Anxiety and Depression
Staggering amounts of people suffer from anxiety and depression in the United States. Specifically, the Anxiety and Depression Association of America states that 40 million people suffer from an anxiety disorder. To put that in more realistic measurement, about 1 in 5 people have clinical symptoms of anxiety. What is even more surprising is that less than half of anxiety sufferers get treatment.
Everyone experiences anxiety. In fact, look at a few (not all, so please don’t go diagnosing yourself) excerpts of the diagnostic criteria for Generalized Anxiety Disorder (according to the DSM V):
- Worry is challenging to control
- More fatigued than usual
- Increased soreness
- Trouble sleeping
Sound familiar? We think that most people can relate to these symptoms. Consider this uncomfortable restlessness as a biological gift from your ancestors designed to keep you safe from lions, tigers, and bears. Anxiety often gets a bad rap, but we still need it for survival! It creates a system of responses in the brain to help you be alert to and survive from danger.
However, what is unneeded are levels of anxiety that impair functioning and living healthy. It is common for us to cope with unwanted feelings of worry by choosing behaviors that allow us to numb or avoid. Alternatively, you may feel paralyzed from worry. All of these responses are meant to help, but can lead us to make choices with negative consequences. On top of that, long-term worry may cause health problems in the future.
If you think that you have excess worry, we ask you to think about the following scenario. Something happens in your day that causes your thoughts to start to spin. Maybe you are late to work, or in an argument with a partner, or realized you forgot to do something on your list. Picture your body firing on all cylinders to react to the worry signals that your brain is sending. Chemicals and hormones flood into your system, your pulse increases to get more oxygen into your body, your muscles tense and only critical-for-survival parts of your body are fully functioning. This reaction continues as long as your thoughts about the situation continue to spiral. You finally get relief from going for a run… or perhaps more realistically, eating a package of Oreo cookies. Then enters guilt and shame for using a coping skill that you were trying to stay away from. The cycle continues. How exhausting for the body! This cannot be maintained and eventually the body crashes. It is common to enter a period of depression, which is a sign that your body is exhausted. Anxiety and depression are commonly best friends, and have similar neurobiological functioning in the brain as well.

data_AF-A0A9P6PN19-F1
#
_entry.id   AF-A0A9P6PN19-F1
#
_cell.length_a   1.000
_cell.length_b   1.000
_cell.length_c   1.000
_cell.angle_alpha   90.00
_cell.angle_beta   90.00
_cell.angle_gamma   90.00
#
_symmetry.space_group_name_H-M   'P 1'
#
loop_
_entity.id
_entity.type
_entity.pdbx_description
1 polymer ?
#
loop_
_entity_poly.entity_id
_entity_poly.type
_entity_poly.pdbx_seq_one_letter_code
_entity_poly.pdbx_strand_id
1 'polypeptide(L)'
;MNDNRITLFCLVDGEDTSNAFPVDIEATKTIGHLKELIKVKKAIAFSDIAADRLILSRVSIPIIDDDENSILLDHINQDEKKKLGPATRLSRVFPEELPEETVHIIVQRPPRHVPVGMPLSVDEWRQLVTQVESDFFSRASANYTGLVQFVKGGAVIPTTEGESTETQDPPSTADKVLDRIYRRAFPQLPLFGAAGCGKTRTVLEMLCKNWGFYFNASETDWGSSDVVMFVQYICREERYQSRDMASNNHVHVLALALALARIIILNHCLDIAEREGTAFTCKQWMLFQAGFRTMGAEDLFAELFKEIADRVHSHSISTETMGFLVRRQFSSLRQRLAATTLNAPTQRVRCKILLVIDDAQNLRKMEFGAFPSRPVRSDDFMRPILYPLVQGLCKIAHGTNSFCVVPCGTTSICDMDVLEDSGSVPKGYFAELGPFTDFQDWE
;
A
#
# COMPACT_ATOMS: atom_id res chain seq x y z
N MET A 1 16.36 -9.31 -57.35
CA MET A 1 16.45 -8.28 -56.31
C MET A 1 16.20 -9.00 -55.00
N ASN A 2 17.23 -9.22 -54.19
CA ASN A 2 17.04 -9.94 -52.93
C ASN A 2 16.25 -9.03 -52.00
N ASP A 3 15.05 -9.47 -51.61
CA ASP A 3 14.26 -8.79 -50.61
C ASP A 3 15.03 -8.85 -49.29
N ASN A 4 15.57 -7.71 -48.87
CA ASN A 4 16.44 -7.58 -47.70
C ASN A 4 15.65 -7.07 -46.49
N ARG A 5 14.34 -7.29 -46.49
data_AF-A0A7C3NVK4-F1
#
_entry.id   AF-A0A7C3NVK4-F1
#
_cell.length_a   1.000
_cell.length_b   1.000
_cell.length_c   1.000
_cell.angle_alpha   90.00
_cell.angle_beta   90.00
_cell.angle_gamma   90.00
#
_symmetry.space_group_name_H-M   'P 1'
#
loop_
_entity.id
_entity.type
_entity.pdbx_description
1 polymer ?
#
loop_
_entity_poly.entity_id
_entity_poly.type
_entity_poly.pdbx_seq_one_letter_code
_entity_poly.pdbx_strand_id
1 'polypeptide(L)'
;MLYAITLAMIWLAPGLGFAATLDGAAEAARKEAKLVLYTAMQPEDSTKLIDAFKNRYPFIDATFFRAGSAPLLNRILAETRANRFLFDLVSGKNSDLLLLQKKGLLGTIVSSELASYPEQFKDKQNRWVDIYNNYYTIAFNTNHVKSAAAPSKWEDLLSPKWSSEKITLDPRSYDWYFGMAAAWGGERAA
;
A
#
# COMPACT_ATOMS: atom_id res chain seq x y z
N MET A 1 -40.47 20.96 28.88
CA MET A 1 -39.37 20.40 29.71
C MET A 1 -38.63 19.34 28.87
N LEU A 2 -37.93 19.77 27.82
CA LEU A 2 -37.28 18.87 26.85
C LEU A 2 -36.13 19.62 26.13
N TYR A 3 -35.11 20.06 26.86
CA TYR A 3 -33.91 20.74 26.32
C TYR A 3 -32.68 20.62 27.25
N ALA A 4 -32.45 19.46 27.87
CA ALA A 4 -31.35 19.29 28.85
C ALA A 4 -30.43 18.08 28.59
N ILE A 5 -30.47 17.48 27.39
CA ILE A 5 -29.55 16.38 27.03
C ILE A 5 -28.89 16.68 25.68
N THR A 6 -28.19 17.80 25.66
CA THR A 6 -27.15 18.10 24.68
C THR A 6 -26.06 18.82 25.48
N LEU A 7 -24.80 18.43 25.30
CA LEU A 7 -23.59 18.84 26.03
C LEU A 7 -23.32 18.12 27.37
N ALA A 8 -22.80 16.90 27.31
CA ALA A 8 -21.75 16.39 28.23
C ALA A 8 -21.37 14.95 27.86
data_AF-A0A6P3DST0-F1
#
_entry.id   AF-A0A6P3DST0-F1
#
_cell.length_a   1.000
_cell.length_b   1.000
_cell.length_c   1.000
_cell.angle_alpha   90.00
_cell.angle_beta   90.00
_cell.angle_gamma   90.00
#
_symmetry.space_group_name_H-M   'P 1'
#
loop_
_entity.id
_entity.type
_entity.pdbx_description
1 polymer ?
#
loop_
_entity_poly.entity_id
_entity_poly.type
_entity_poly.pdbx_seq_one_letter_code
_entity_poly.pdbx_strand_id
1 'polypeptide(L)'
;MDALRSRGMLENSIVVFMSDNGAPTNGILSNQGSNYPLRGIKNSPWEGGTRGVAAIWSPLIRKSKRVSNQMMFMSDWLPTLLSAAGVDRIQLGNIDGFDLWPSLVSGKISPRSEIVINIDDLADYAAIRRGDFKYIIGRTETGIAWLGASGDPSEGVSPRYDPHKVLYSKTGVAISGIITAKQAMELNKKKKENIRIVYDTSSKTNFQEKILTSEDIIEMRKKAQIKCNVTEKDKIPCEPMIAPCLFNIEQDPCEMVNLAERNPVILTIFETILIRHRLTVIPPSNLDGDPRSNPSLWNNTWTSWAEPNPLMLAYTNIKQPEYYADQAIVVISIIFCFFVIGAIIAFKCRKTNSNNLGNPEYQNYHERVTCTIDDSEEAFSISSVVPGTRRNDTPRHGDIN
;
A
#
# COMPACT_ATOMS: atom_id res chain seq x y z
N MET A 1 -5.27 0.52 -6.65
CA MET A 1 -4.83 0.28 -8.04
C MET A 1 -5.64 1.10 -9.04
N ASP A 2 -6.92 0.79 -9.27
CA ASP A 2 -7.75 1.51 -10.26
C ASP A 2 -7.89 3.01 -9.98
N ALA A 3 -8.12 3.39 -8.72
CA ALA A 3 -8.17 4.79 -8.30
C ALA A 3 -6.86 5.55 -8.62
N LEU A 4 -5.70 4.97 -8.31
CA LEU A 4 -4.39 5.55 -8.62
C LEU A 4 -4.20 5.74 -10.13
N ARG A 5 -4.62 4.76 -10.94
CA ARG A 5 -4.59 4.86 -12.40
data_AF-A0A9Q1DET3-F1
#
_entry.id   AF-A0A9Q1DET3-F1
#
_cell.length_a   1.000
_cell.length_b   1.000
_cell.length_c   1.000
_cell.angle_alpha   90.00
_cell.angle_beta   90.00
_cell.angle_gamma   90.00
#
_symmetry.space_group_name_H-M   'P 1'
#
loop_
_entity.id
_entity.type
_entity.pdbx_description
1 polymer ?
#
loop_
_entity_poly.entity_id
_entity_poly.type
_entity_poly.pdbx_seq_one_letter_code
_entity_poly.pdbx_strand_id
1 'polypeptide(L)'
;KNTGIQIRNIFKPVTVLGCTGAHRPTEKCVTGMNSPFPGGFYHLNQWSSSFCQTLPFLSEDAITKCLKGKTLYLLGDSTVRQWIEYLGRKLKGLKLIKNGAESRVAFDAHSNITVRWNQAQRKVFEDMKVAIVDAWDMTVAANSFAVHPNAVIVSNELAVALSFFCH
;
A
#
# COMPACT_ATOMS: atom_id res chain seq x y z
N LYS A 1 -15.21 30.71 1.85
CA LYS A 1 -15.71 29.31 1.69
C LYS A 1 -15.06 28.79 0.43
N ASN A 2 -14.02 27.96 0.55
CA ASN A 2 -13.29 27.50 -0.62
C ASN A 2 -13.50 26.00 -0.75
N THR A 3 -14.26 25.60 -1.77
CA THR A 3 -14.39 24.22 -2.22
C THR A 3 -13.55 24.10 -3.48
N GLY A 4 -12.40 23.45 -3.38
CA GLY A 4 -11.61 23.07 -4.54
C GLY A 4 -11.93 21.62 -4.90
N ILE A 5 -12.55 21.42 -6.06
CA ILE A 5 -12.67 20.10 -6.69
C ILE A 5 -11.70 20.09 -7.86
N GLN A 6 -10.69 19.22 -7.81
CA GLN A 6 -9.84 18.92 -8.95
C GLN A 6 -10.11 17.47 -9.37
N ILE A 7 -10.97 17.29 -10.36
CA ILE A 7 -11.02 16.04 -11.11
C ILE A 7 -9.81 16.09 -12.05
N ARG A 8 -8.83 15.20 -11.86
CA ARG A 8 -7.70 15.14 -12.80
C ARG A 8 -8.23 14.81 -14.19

Although there is a lot of overlap between anxiety and depression, depression can stand-alone. The Anxiety and Depression Association of America estimates that around 6.7 percent of American adults suffer from clinical levels of depression.
Just as with anxiousness, sadness can get a bad rap. Everyone experiences sadness. This emotion is biologically programmed to help us connect to others and survive (baby cries to hope that someone provides care). However, clinical levels of depression go beyond feeling sad. Sadness is mixed in with a myriad of unpleasant symptoms such as loss of interest in activities, changes in appetite, excessive guilt, physical and mental sluggishness, and suicidal ideations.
Anxiety and depression can present in many different ways. Some other examples may include experiencing obsessions, social anxiety, fear of certain places or things, or experiencing worse symptoms during different seasons.
The good news is that anxiety and depression are both treatable through medical* and holistic options depending on your preference. At Uplift Counseling Center we will meet with you to find out how your symptoms are affecting your life, how long you have had the symptoms, how you are managing your symptoms, and your goals for feeling better.
Treatment length depends on many variables such as type and persistency of symptoms, coping strategies being used, etc. Our goal is to get you back to optimal health as quickly as possible. As a general outline, we recommend more intensive treatment for the first few months to work on the roots of the anxiety or depression. Then we will taper off the frequency of our meetings to give you time to work on maintaining change. Finally, we will discuss meeting every few months for a period of time to continue maintenance of the change you made, and prevention of the problem occurring again in the future.
Self-care is extremely important when experiencing anxiety and depression. Although the last thing you may want to do is exercise, movement is important. This does not have to be a Shaun T-Insanity level workout! Going for a walk, stretching in nature, attending a local yoga class, group sports, or power walking around a store could all be creative ways to get moving.
It is also important to remember that it is common to feel worse before feeling better during counseling treatment. We may talk about vulnerable stories that are painful when resurface. Think of this as healing a physical wound. Your body will choose how fast it heals, and it may not feel great in the process. Yet in counseling, the process of telling our story can do powerful things to heal our inner wounds.
*It is our belief that there is a time a place for medication, but that it does not treat the underlying root cause. This is why we think that counseling is important for clients who are taking medications for mental health symptoms. Counselors do not prescribe medications or give medical advice. We can assist you with talking to your medical provider about medication to manage symptoms, if you choose. We can assist you with understanding different medication options and questions to ask your doctor. We can also help you track mental health changes and side effects while you are on medication to report to your doctor.